The (3, 3)-subsystem decomposition of 4-contextural systems, albeit it goes back to my early studies of polycontexturality, has been introduced recently for a new formalization of semiotics towards polysemiotics.

Polysemiotics are disseminating, in a first step, classical triadic-trichotomic semiotics, Sem over different kenomic places to build more complex configurations.

#### 2.1.  Contextural decomposition triadic systems

##### 2.1.2.  Binary matrix and scheme

Scheme of Sem^(3, 2) : Semiotics^(3, 2) = [(1.1)  --> ... 2.3" width="398" height="569"/>

Sem^(3, 2) _  = ( ... 2.3 3 2 2.3" width="292" height="146"/>

The mediation scheme of    Semiotics^(3, 2) :
mediation(Semiotics^(3, ... bsp;         3" width="550" height="530"/>

###### Sign classes for classical Semiotics

ZR = (a, (a => b), (a => b => c)) ...      3.2 2.3 1.3 3.1 2.2 1.3        3.3 2.3 1.3 " width="358" height="416"/>

Classical semiotics is not mediating its sub-systems, hence, no matching conditions are required. Therefore, classical semiotics is forced to introduce externally different restriction rules to determine the set of accepted sign classes.

###### Sign classes for Sem

decomp([ 3. a, 2. b, 1. c]) = [3. x,      2. y,    -- ... 2.2,    -- ,    1.2" width="486" height="653"/>

###### Super-operators for semiotic mappings

Independent of a specification of sign classes by accepting or abbolishing the restriction rules for semiotics (Toth, Ghost, p.9), mappings from sign class to sign class might be classified by the super-operators as they are defined in polycontextural logic:

Examples
id _ (1.2 .3) : (S )  &n ... O O 3 2 O 3" width="292" height="449"/>

Considering the 3 principles of semiotic restrictions, i.e. triadic diversity, degenerative triadic order and trichotomic inclusion, permutation and reduction operations might add some more structure to semiotics without surpassing its general framework. The operation of permutation, which had a case as a dualisation (Bense) only, is complemented by Toth’s concept of transpositions.

##### 2.1.3.  Ternary matrix and scheme

Matching conditions :
(1, 1, 1)  _ 1 ≅ (1, 1, 1)  _ 3 (3, 3, 3)  _ 2 ≅ (3, 3, 3)  _ 3 .
" width="169" height="160"/>

Sem^(3, 3) _  = ... 2.3 3 2 2.3" width="323" height="309"/>

(Toth, Strukturen + Processe, p .36, 2008 ) " width="309" height="42"/>

Semiotics    scheme    for Sem^(3, 3)
&n ... --> (3.3 .2) --> 2.3" width="625" height="298"/>

Combinatorics
Matrix : 3 x3x3 = 27
Scheme : (3 x3x3)  _ (/MC) = ( ... ) = (2.2 .2) .

The same for sub - system _ 2 and sub - system _ 3 . " width="472" height="530"/>

sub - systems Sem^(3, 3) :
... --> (3.3 .3)" width="422" height="361"/>

Possible constellation of the matrix of Sem like (1, 2, 3), (1, 3, 2), that is, constellations with (i, j, k), i!=j!=k, for the ternary function AxBxC of the matrix are not decomposable into Sem

For systems m, n>=3, well known combinatorial problems of decomposition into sub-systems have to be solved (Kaehr, Mahler, § 9, 1993). http://www.thinkartlab.com/pkl/media/mg-book.pdf
As a consequence of the matching conditions of decomposition, the semiotic system Semsemiotic functions as demanded by .

[ (1.1 .1)  --> ... (4.3 .4) --> (4.4 .3) --> (4.4 .4)" width="655" height="261"/>

#### 2.2.  Semiotic decomposition of tetradic systems

Sem^(4, 1, 3) = (Sem^1, Sem ^2, Sem^3, Semó ... ) = (1  _ (1.3 .4), 2  _ (1.2 .3), 3  _ (1.2 .4), 4  _ (2.3 .4)) ." width="366" height="216"/>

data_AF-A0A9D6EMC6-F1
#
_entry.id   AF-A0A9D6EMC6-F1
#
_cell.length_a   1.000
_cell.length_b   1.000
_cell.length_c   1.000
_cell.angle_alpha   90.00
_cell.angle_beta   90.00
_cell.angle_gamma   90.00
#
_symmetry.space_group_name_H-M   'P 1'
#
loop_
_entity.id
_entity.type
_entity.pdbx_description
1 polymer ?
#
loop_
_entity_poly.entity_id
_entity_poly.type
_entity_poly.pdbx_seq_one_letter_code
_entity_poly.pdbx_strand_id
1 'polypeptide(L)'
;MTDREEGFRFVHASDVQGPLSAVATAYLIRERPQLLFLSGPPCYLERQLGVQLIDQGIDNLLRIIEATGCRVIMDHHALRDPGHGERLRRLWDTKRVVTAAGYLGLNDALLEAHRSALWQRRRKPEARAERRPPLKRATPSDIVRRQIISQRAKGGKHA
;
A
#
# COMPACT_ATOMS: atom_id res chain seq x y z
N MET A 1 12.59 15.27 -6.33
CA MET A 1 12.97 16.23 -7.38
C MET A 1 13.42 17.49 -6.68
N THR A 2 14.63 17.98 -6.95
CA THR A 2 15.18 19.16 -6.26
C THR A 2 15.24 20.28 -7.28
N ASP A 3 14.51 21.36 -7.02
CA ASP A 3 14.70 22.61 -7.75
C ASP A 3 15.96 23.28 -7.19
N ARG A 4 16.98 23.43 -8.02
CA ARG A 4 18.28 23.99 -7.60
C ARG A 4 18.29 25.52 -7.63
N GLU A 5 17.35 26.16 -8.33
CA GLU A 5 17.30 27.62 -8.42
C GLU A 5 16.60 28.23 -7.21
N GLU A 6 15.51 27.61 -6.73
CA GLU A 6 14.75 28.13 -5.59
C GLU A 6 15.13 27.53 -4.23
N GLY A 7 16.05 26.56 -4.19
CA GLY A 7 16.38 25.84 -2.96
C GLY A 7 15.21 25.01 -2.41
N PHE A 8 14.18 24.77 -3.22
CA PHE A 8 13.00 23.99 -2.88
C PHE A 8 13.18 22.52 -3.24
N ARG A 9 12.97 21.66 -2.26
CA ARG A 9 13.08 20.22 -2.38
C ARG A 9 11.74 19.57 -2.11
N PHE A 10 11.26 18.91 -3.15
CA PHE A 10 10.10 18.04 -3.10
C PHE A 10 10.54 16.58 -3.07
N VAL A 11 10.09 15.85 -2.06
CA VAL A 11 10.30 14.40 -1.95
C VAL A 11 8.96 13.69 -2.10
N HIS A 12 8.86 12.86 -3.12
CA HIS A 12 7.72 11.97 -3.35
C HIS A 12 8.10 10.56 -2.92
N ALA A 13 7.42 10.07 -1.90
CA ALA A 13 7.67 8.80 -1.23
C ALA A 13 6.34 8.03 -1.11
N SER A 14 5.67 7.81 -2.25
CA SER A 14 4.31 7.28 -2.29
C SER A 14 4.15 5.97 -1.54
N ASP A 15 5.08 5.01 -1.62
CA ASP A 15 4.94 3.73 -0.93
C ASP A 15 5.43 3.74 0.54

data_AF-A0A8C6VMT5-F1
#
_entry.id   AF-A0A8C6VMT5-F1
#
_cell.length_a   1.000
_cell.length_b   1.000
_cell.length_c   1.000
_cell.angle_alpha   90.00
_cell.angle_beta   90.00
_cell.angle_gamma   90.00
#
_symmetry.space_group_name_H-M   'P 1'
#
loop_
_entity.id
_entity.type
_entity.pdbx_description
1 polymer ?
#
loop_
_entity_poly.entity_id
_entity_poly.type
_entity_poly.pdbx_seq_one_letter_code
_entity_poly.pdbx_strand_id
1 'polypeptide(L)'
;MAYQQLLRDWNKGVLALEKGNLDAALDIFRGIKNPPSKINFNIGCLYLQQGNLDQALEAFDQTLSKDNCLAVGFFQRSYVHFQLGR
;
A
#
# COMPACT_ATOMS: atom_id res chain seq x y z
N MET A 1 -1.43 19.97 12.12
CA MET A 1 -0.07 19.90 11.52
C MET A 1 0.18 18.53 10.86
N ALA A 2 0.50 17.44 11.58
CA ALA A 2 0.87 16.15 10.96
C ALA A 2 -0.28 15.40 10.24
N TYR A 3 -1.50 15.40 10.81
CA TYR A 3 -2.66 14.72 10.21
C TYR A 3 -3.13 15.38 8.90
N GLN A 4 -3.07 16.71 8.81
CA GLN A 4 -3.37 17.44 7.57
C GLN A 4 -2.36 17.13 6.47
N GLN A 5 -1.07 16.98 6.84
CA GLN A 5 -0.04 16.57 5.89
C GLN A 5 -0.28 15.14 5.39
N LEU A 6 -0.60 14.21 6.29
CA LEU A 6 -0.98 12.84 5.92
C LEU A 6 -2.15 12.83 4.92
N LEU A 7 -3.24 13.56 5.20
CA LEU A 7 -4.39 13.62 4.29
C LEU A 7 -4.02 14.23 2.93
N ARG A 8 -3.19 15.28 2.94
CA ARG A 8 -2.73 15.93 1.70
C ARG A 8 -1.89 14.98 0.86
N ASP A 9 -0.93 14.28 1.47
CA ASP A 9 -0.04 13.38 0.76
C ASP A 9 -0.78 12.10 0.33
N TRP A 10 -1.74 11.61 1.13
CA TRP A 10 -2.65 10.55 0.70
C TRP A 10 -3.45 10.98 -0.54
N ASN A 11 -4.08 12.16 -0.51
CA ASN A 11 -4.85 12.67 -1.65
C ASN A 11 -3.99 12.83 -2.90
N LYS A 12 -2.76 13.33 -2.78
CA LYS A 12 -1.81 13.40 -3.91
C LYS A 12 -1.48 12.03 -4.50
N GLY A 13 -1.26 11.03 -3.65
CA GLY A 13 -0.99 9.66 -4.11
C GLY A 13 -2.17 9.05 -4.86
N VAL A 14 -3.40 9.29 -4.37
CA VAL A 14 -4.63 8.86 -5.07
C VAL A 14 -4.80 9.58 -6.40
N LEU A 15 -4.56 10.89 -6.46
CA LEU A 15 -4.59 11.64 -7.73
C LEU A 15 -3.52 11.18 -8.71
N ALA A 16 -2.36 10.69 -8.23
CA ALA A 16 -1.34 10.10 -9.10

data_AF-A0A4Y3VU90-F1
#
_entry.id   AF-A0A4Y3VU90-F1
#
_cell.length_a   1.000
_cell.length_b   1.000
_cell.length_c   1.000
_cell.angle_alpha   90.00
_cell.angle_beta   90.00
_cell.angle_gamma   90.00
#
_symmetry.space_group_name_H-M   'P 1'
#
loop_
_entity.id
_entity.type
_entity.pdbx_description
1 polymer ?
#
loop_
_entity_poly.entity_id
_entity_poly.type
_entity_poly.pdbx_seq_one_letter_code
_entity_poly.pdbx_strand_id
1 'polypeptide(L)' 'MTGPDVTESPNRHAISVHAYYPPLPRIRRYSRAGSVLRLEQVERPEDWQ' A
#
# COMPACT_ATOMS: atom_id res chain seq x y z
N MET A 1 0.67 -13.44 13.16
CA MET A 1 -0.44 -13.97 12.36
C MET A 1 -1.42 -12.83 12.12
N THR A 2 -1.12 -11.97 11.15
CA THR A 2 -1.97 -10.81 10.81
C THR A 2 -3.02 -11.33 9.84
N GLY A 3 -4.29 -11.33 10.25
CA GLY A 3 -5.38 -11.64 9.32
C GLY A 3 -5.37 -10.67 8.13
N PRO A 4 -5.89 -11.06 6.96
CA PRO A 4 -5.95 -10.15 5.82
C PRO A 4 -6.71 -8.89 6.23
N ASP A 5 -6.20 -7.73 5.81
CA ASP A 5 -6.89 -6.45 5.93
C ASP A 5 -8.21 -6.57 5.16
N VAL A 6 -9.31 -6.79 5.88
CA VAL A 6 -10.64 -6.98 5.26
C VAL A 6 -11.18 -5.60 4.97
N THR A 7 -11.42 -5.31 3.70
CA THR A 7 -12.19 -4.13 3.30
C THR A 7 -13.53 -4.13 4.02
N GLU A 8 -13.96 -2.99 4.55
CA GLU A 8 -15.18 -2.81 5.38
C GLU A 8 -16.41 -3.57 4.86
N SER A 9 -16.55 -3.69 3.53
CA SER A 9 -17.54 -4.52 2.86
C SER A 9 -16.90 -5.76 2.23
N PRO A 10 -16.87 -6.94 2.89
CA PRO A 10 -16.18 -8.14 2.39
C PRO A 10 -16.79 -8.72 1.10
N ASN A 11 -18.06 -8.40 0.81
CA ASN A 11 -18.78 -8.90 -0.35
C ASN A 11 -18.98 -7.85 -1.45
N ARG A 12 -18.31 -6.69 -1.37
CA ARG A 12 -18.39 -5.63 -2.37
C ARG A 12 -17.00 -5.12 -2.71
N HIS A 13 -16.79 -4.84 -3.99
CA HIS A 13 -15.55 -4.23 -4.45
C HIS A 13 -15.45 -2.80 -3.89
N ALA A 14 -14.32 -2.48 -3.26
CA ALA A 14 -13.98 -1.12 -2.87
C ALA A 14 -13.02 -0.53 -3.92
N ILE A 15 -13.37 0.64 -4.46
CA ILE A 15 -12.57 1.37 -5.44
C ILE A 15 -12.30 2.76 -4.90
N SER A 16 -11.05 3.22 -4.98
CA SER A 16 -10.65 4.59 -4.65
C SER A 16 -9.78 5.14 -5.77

Sem^(4, 2, 3) = Sem^(4, 1, 3) x Sem^(4, 1, 3) =
[(Sem&#x ... _ 3
val(Sem^4 x Sem ^4) = (1, 3, 4)  _ 4 x (1, 3, 4)  _ 4 ." width="504" height="331"/>

" width="749" height="48"/>

sem^1 x sem ... 3.4 3.2 2.4 2.3 .4" width="399" height="636"/>

Sem^(4, 2, 3) = ( ... 3.4 3.2 2.4 2.3 .4" width="397" height="172"/>

###### Sign classes for Sem

with x, y, z ∈ {1, 2, 3}
ZR ... ;                 " width="544" height="692"/>

##### 2.2.3.  (Some) Sign classes for Sem

4.1 3.1 2.1 1.1
4.1 3.1 2.1 1.2
4.1 3.1 2.1 1.3
4. ...
4.3 3.3 2.4 1.4
4.3 3.4 2.4 1.4
Class D = (4.4)
4.4 3.4 2.4 1.4
" width="494" height="493"/>

Combinatorics
| ClassA | = 5 x3 = 15
| Class B | = 6 x3 + 1 = 19
| Class C | = 4
| Class D | = 1
Total = 1 + 15 + 19 = 35 " width="202" height="187"/>

#### 2.3.  Interplay of semiotics, logics and arithmetic

A study of polycontextural semiotics, focused on semiotics alone, is not yet guaranteeing its polycontexturality. The logical and arithmetical status of semiotics, mono- and polycontextural, remains undetermined if its corresponding logics are not determined.
There are many ways open to formalize, logically and arithmetically, semiotics and polysemiotics. Good candidates are the logics from the modal logic pool. Nevertheless, they have all to be classified as mono-contextural.

For the purpose of this introductory sketch of a descriptive characterization of the idea of poly-semiotics, it might be sufficient to hint to the decision to use 3-contextural subsystems of 4-contextural logics and arithmetics. Instead of the usual decomposition into elementary contextures.

As a consequence, it turns out that the apparatus of classical category theory is not adequate to formalize semiotics and polysemiotics.

Hence, from a 4-contextural logic, Logwith its six 2-contextures, Log its four 3-contextures, Log  only the four 3-contxtural subsystems are in direct correspondence to the 4-contextural (poly)semiotics, decomposed into its 3-contextural semiotic parts.

Graphematics^(4, 3, 2) = (Sem^(4, 2), Log^(4.2), Arith༺ ... p; Arith^(4, 2) = (Arith^(3, 1), Arith^(3, 2), Arith^(3, 3), Arith^(3, 4))
" width="425" height="233"/>

Semrealizing the paradigmatic and conceptual transformations of the 4-contextural logics Logand arithmetic Arith

Logrealizing the structural and deductional transformations of the 4-contextural semiotics Sem

Arithrealizing the structural and computational transformations of the 4-contextural semiotics Sem

Graphematics

#### 2.4.  Multi-dimensional and polycontextural semiotics

##### 2.4.1.  Toth’s multi-dimensional semiotics

3 - ZKL = ((a .3 . b) (c .2 . d) (e .1 . f))